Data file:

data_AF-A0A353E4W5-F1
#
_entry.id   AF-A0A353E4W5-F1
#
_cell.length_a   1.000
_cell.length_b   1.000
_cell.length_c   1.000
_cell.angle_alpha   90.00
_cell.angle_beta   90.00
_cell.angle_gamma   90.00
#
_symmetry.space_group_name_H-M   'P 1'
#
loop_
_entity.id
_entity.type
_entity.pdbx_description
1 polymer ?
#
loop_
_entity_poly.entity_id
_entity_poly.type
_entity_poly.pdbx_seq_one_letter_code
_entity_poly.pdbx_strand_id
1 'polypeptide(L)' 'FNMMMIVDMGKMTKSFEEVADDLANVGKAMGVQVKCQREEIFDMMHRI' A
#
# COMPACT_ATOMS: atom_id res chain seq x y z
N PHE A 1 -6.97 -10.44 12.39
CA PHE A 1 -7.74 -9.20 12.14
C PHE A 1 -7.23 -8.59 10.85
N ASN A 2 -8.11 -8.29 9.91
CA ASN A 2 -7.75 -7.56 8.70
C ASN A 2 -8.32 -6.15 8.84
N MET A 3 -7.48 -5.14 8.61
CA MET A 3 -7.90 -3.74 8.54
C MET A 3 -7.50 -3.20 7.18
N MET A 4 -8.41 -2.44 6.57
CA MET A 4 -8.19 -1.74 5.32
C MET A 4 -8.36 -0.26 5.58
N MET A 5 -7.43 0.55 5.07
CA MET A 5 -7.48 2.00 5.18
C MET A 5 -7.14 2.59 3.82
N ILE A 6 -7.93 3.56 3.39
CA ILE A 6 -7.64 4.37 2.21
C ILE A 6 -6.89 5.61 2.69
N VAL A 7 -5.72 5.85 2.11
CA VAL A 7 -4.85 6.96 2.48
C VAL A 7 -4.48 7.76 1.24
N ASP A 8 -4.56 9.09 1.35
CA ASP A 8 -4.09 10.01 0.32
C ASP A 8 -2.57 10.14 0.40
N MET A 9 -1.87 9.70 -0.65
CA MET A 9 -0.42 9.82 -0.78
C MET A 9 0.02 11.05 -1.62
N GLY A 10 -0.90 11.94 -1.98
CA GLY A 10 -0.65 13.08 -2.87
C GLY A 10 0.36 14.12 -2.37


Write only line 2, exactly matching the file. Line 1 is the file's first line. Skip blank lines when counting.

#